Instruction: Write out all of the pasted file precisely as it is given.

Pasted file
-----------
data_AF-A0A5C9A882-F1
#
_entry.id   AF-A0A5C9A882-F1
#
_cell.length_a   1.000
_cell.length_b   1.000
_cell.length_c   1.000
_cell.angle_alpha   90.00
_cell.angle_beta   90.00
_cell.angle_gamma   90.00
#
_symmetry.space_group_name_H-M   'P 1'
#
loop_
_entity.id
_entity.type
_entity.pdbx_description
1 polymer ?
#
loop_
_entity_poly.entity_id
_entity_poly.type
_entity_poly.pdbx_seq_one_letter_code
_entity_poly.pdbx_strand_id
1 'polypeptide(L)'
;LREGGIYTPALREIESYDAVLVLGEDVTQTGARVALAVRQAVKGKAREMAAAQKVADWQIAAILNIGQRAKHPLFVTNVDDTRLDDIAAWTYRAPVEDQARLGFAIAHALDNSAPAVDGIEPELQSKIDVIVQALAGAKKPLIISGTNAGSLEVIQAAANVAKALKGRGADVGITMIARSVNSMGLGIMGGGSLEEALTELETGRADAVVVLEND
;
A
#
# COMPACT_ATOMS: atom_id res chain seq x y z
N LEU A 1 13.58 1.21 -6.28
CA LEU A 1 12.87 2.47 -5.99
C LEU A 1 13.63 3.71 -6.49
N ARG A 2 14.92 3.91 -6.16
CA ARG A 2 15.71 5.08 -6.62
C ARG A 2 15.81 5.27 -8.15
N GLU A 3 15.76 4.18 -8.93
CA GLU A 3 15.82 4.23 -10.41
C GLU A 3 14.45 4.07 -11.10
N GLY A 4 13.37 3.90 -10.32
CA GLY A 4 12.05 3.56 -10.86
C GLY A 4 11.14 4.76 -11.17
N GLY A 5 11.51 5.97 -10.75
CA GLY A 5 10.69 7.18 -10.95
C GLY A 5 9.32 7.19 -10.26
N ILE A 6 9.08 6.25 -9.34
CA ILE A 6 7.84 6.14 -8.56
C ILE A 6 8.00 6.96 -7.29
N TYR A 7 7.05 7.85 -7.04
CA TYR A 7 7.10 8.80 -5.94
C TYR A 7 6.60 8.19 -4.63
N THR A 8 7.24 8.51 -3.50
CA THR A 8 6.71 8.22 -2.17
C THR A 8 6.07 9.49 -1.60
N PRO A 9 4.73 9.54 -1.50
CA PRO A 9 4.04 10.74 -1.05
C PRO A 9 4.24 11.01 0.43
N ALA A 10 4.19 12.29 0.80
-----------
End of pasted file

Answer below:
data_AF-A0A5C9A882-F1
#
_entry.id   AF-A0A5C9A882-F1
#
_cell.length_a   1.000
_cell.length_b   1.000
_cell.length_c   1.000
_cell.angle_alpha   90.00
_cell.angle_beta   90.00
_cell.angle_gamma   90.00
#
_symmetry.space_group_name_H-M   'P 1'
#
loop_
_entity.id
_entity.type
_entity.pdbx_description
1 polymer ?
#
loop_
_entity_poly.entity_id
_entity_poly.type
_entity_poly.pdbx_seq_one_letter_code
_entity_poly.pdbx_strand_id
1 'polypeptide(L)'
;LREGGIYTPALREIESYDAVLVLGEDVTQTGARVALAVRQAVKGKAREMAAAQKVADWQIAAILNIGQRAKHPLFVTNVDDTRLDDIAAWTYRAPVEDQARLGFAIAHALDNSAPAVDGIEPELQSKIDVIVQALAGAKKPLIISGTNAGSLEVIQAAANVAKALKGRGADVGITMIARSVNSMGLGIMGGGSLEEALTELETGRADAVVVLEND
;
A
#
# COMPACT_ATOMS: atom_id res chain seq x y z
N LEU A 1 13.58 1.21 -6.28
CA LEU A 1 12.87 2.47 -5.99
C LEU A 1 13.63 3.71 -6.49
N ARG A 2 14.92 3.91 -6.16
CA ARG A 2 15.71 5.08 -6.62
C ARG A 2 15.81 5.27 -8.15
N GLU A 3 15.76 4.18 -8.93
CA GLU A 3 15.82 4.23 -10.41
C GLU A 3 14.45 4.07 -11.10
N GLY A 4 13.37 3.90 -10.32
CA GLY A 4 12.05 3.56 -10.86
C GLY A 4 11.14 4.76 -11.17
N GLY A 5 11.51 5.97 -10.75
CA GLY A 5 10.69 7.18 -10.95
C GLY A 5 9.32 7.19 -10.26
N ILE A 6 9.08 6.25 -9.34
CA ILE A 6 7.84 6.14 -8.56
C ILE A 6 8.00 6.96 -7.29
N TYR A 7 7.05 7.85 -7.04
CA TYR A 7 7.10 8.80 -5.94
C TYR A 7 6.60 8.19 -4.63
N THR A 8 7.24 8.51 -3.50
CA THR A 8 6.71 8.22 -2.17
C THR A 8 6.07 9.49 -1.60
N PRO A 9 4.73 9.54 -1.50
CA PRO A 9 4.04 10.74 -1.05
C PRO A 9 4.24 11.01 0.43
N ALA A 10 4.19 12.29 0.80